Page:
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Cleaning Up Sites Contaminated with Radioactive Materials: International Workshop Proceedings 12 Experience in Rehabilitating Contaminated Land and Bodies of Water Around the Mayak Production Association* Yu. V. Glagolenko, Ye. G. Drozhko, and S. I. Rovny, Mayak Production Association THE CREATION OF ENVIRONMENTAL PROBLEMS AT THE MAYAK PRODUCTION ASSOCIATION Since the moment of its creation in the late 1940s, the enterprise known today as the Mayak Production Association—Federal State Unitary Enterprise has faced scientific-technical and industrial tasks of unprecedented complexity in connection with its work on building nuclear weapons. Over the course of decades, the achievement of military-political goals pushed environmental protection questions into the background, which ultimately led to serious radioecological problems. The current radioecological situation in the region where Mayak is located arose as a result of the following factors: Discharges of liquid radioactive wastes into the open hydrographic system of the Techa River (1949-1956) The 1957 accident at a liquid radioactive waste holding tank, which resulted in the creation of the East Urals Radioactive Trace * Translated from the Russian by Kelly Robbins.
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Cleaning Up Sites Contaminated with Radioactive Materials: International Workshop Proceedings The use of the V-9 (Karachai) and V-17 (Staroye Boloto) reservoirs for the storage of medium-level liquid radioactive wastes The creation of the man-made reservoirs of the Techa Cascade for the storage of low-level liquid radioactive wastes Windborne dispersal of radioactive sediments from the exposed shoreline of the Karachai Reservoir (1967) The fundamental problems associated with Mayak’s ongoing activities are linked to the use for technical purposes of eight industrial reservoirs at the enterprise to store liquid radioactive wastes accumulated as a result of defense program operations (see Figure 12-1). To ensure that thorough and comprehensive measures are taken to make Mayak’s production activities environmentally safe, a comprehensive plan has been developed to address environmental problems associated with the enterprise’s current and past operations. The essence of this effort lies in implementing the following four-part program: Reducing and ultimately halting discharges of all liquid radioactive wastes into industrial reservoirs Eliminating the most radiologically hazardous reservoirs—Karachai (V-9) and Staroye Boloto (V-17) Ensuring the safe operation of the Techa Cascade of reservoirs Reducing the volume and radioactivity level of the high-level wastes stored in holding tanks Each of these problems merits separate consideration. The problem of the Techa Cascade is of the highest social significance. ENSURING THE SAFE OPERATION OF THE TECHA CASCADE Problems associated with reservoir safety, particularly for the reservoirs of the Techa Cascade, have been substantially exacerbated by changes in climate conditions in the region. Since the early 1980s, the region has experienced wetter conditions (disparity between annual precipitation and evaporation from bodies of water), and as a result, water levels in most of the reservoirs, including those of the Techa Cascade, have approached regulatory maximums. For example, an analysis of water balance components for Reservoir V-11, the final reservoir in the cascade, indicates that the primary reason for the rise in its level since 1980 is the change in meteorological conditions in the region (see Table 12-1). Whereas from 1950 until the 1980s, the average level of evaporation in the Mayak region exceeded precipitation by 100 mm per year, the situation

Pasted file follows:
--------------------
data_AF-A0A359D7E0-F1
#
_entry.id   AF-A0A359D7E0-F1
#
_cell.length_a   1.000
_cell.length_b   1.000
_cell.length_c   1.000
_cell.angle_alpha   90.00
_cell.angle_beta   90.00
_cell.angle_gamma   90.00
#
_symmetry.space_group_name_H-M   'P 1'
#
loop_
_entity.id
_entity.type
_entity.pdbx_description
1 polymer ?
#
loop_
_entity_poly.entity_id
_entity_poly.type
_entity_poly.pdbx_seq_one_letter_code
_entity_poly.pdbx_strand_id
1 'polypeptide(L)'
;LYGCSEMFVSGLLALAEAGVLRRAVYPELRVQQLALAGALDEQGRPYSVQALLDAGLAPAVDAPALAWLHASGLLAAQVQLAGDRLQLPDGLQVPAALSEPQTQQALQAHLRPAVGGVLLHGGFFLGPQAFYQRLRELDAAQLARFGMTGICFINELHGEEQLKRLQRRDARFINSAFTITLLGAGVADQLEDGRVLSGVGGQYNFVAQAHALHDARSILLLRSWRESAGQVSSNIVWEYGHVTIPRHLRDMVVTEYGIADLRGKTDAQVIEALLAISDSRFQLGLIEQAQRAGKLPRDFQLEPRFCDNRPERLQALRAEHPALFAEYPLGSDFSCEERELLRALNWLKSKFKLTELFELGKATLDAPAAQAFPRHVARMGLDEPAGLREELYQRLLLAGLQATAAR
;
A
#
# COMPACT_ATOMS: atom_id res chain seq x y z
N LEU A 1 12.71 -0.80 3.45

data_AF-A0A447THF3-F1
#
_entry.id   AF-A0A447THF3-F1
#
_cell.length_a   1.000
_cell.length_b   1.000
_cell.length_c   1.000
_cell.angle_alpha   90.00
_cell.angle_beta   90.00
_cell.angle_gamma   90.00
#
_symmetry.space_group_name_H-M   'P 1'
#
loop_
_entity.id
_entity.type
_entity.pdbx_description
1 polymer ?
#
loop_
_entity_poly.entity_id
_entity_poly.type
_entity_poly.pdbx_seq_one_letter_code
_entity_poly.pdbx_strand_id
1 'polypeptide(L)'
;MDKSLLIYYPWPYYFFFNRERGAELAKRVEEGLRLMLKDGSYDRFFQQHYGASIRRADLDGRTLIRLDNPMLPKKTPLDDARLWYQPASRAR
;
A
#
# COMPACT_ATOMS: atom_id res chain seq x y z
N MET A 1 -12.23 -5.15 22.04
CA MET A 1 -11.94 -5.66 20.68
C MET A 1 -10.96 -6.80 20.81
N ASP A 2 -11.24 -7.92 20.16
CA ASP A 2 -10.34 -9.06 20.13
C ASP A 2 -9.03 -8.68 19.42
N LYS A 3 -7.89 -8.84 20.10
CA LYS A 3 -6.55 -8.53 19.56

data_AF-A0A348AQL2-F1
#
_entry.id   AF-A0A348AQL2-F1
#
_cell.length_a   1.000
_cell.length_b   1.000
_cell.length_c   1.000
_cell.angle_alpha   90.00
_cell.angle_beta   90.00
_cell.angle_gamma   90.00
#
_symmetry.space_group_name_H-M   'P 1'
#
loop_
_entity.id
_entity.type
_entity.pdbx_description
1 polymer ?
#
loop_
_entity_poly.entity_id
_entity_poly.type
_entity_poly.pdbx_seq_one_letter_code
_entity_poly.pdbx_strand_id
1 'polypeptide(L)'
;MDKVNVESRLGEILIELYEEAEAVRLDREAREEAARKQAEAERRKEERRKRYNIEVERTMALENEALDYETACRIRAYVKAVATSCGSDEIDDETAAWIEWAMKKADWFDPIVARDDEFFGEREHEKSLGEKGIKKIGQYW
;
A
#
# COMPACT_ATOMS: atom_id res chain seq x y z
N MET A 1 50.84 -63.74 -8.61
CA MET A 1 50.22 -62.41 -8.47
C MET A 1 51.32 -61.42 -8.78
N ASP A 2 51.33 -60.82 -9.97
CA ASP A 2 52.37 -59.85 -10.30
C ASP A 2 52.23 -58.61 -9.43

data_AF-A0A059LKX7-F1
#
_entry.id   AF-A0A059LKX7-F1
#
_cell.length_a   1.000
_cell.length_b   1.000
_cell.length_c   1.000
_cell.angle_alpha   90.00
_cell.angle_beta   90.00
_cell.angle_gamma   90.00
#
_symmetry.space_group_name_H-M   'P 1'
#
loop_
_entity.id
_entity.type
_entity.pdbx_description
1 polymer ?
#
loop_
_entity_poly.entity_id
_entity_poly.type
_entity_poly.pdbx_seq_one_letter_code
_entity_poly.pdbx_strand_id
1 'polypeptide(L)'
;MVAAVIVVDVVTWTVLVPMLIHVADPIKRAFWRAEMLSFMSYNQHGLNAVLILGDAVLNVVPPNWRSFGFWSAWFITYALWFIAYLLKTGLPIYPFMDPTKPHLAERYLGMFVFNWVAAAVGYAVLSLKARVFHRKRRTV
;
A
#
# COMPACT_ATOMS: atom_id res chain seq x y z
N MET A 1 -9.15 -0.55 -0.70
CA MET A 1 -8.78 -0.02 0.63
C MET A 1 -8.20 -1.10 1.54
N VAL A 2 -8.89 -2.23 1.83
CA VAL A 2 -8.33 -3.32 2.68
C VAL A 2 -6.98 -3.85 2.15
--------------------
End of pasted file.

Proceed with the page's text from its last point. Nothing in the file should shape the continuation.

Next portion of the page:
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Cleaning Up Sites Contaminated with Radioactive Materials: International Workshop Proceedings FIGURE 12-1 Water supply and discharge system at Mayak.